• “Stiff” yogurt (the yogurt here is runnier and is often consumed more like a beverage). I also have never seen any organic yogurt.
  • Sharp cheddar cheese (sure, they sell cheddar at the big groceries but it definitely lacks the satisfying bite you’re probably expecting).
  • Blue cheese (chicken wings just aren’t the same without it)
  • Cottage cheese (another bummer)
  • Whole cranberries (the canned variety are intermittently available and VERY expensive).
  • Quick cooking rice in one of those bags you just toss into your pot of boiling water (although as you might imagine, regular white rice runs rampant and is a staple for just about every dish. Brown rice is available at major groceries)
  • Wild rice (it’s available but is VERY expensive, something like $5 for a small box)
  • Canned peaches in water, rather than syrup (used to be commonly available but can’t be found the last few months)
  • Canned albacore (quite the paradox given that Manta is the “tuna capital of the world”)
  • Canned salmon
  • Sunflower seeds in the shell
  • Canned pumpkin (Never seen it here. A couple of ladies mentioned they have visitors bringing some to them for the holidays. There is a variety of the pumpkin here called “zapallo” but it’s not quite the same but can work for a pie in a pinch).
  • Mint chocolate chip ice cream
  • “Good” ice cream in general – most ice cream seems to be more ice than cream 🙁
  • Chocolate chips can be hard to find and/or more recently became available. A friend who sells cookies here for a living used to buy blocks of chocolate and chop them into chips herself!
  • Graham crackers (no such thing as far as we can tell)
  • Pure cocoa powder without sugar (although we were told  there is one brand now at Supermaxi – Organic Pacari)
  • Twizzlers and Reese’s peanut butter cups are sadly nowhere to be found
  • M&Ms are expensive and often hard to find (there is a knock-off version that is unsatisfying compared to the real thing. Peanut M&Ms are even more elusive)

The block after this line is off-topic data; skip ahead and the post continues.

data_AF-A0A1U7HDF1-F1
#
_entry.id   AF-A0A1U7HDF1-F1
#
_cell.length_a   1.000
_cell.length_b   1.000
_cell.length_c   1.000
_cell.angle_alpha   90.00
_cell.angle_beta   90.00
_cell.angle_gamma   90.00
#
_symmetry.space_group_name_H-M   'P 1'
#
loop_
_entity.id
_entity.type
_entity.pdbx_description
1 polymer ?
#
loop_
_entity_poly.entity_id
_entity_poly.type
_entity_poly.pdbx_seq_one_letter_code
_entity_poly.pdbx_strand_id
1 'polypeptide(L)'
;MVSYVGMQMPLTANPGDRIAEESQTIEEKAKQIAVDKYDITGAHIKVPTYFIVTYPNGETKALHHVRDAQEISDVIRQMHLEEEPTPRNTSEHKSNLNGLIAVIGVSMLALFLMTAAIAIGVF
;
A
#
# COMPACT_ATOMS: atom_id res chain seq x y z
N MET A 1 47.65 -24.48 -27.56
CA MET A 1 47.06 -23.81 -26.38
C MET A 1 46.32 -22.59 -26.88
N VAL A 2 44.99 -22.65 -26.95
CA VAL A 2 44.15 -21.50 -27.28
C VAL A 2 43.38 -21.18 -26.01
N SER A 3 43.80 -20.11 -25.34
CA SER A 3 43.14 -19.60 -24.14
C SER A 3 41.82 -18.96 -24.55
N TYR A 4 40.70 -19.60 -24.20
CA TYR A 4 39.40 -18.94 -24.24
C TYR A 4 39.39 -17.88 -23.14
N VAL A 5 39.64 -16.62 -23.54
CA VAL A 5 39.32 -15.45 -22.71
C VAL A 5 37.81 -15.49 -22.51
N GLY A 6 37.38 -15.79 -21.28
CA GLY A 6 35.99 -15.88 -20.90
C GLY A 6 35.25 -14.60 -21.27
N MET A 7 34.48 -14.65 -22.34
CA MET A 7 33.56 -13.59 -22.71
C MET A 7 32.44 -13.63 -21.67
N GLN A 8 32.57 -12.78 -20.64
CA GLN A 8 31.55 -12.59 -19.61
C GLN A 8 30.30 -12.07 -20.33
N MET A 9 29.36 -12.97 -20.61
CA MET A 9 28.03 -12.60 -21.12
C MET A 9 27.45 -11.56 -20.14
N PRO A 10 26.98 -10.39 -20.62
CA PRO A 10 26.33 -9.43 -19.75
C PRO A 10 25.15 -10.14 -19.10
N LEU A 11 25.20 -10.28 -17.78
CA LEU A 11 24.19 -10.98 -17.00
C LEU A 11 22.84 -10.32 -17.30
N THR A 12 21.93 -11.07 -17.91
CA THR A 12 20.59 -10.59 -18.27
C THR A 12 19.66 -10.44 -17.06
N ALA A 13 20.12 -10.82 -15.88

• Hot fudge sauce (chocolate syrup doesn’t count)

Wow-my mouth is watering seeing this image...I really miss these!

And here are other [non-pantry type] items that warrant our mentioning:

  • A set of Corelle dishware will cost you $75 and up (compared to less than $30 at Target or Walmart)
  • Pots and pans are expensive and of substandard quality. If you love to cook, it’s worth finding a way to bring your cookware! (BTW, Bar Keeper’s Friend is usually available at Boyaca in Manta)
  • Cast iron skillet (You probably won’t find them here anywhere.  I know of a couple ladies who slogged theirs down and are the envy of many)
  • Another thing worth bringing if you can is bed linens. High thread count sheets are super duper expensive. A scratchy set of king sheets will likely cost you $80 and upwards.
  • Lamps are more expensive than you would have imagined
  • DMSO for joint pain
  • Bio Tear for contacts
  • Eyeglass cleaner
  • Reading glasses (although we were told that the Fybeca pharmcy chain now carries them)
  • Exfoliating facial wipes
  • Boric acid powder
  • Good, long-lasting scented candles

Bring your own cookware if you can--you won't regret it!


Whew! There you have it! There are undoubtedly other household items that weren’t mentioned here but this is a handy starting point!

Another useful observation we’ve all made while living here is that if you find a product that you like, STOCK UP! The store may not have it in stock again for months (or ever, in some cases!).